ACLU of New Jersey Secures Right of Army Officer to Display Political Lawn Sign
FOR IMMEDIATE RELEASE
NEWARK, NJ – In response to complaints from an army officer, the American Civil Liberties Union of New Jersey today announced that the Borough of Haddon Heights has agreed not to ban the display of political signs on residents’ lawns.
“New Jersey’s towns need to know that overreaching limitations on lawn signs are unconstitutional and the ACLU is ready to defend the public’s rights against such restrictions,” said ACLU of New Jersey Legal Director Edward Barocas, who previously obtained an injunction against the Borough of Franklin Lakes for restricting the use of political lawn signs. “Especially in the midst of a national election, the right to freedom of speech must be zealously protected.”
The Borough Ordinance 430-135 bans all political signs. However, after being informed that the ACLU of New Jersey was preparing to file a lawsuit seeking an emergency injunction against implementation of the ordinance, the Borough agreed not to enforce the political sign ban.
“While speaking now as an individual citizen rather than as an Army officer, I find it absurd that I’ve been deployed around the world to defend freedom and civil rights, only to have one of the most basic civil rights — the right to free speech — denied to me right here at home,” said Steven Kressel, a Lt. Colonel in the Army Reserves who has been with Special Operations since 1987. Mr. Kressel’s most recent deployment was in Iraq, from which he returned earlier this year.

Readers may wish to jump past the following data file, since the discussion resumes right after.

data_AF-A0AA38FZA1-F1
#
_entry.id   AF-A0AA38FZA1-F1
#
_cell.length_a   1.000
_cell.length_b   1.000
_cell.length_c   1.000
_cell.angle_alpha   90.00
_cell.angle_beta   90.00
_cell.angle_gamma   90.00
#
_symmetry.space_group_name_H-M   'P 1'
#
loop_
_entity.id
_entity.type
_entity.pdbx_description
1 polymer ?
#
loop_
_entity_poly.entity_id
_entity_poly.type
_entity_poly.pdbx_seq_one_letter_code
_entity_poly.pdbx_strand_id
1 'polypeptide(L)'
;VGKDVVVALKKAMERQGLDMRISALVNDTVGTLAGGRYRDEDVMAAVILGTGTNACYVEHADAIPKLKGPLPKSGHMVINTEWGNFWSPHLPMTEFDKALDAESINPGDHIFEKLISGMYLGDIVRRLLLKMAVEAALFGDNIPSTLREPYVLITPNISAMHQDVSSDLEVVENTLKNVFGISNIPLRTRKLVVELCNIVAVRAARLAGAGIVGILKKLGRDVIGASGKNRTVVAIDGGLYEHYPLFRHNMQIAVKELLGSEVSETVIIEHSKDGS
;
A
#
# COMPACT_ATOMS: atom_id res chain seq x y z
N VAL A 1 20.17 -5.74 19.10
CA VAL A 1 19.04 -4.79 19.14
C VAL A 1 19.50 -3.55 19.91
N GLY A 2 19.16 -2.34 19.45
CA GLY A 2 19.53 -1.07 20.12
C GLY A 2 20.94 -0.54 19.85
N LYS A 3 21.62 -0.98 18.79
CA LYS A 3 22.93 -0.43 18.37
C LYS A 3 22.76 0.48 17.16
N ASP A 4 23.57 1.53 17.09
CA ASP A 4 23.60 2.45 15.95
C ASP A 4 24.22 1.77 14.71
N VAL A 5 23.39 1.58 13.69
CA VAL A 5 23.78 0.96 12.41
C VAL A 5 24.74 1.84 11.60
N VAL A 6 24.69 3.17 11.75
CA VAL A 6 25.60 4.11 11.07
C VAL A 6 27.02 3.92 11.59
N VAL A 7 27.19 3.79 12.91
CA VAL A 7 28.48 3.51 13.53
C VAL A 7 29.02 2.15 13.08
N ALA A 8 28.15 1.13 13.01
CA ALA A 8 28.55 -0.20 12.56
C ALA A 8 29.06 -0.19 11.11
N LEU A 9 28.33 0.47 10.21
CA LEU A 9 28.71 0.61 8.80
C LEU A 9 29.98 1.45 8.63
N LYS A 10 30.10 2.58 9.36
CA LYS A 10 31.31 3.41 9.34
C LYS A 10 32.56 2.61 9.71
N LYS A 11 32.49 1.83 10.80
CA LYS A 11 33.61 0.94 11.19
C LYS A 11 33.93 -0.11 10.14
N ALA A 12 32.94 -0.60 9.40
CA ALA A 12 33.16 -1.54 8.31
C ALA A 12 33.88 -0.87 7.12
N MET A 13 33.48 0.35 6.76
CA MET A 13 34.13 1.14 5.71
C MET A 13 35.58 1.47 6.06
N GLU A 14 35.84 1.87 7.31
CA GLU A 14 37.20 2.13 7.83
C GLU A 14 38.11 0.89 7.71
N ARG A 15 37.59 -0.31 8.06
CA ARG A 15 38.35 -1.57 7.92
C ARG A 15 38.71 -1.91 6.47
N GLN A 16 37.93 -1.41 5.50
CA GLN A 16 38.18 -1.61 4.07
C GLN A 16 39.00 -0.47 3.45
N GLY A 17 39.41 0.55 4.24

On October 27, 2004, Kressel returned to his home in Haddon Heights, from serving that day as an Honor Guard in the funeral of a World War II veteran, to find that the police had come to his home and informed his wife that the sign in support of John Kerry on the Kressel’s front lawn violated a Borough ban on political signs and would have to come down.
When Kressel contacted the Haddon Heights clerk the next day, he learned of the Borough’s ban on political signs throughout the town, including in residential districts. On Friday, October 29, 2004, he contacted the ACLU of New Jersey. The ACLU immediately informed attorneys for Haddon Heights that it would file a lawsuit on Monday morning challenging the ordinance. On Saturday, the ACLU received word from the Borough’s attorney that it would not enforce the ordinance and Kressel could replace his sign.
The ACLU said Haddon Heights’ political sign ban violates the right to free speech both under the United States Constitution and the New Jersey Constitution. The total prohibition on political signs in the Borough does not serve a legitimate purpose and restricts speech, especially by precluding the time-honored right of Americans to express political messages through the placement of signs on their lawns. Additionally, the ordinance impermissibly grants greater protection to commercial speech than to political speech, as other types of signs are permitted in residential districts, including real estate signs, church signs, and signs promoting events.
The ACLU’s Barocas added that although the Borough agreed not to enforce the political sign ban, unless that portion of the ordinance is formally repealed, the ACLU of New Jersey will still file a lawsuit.
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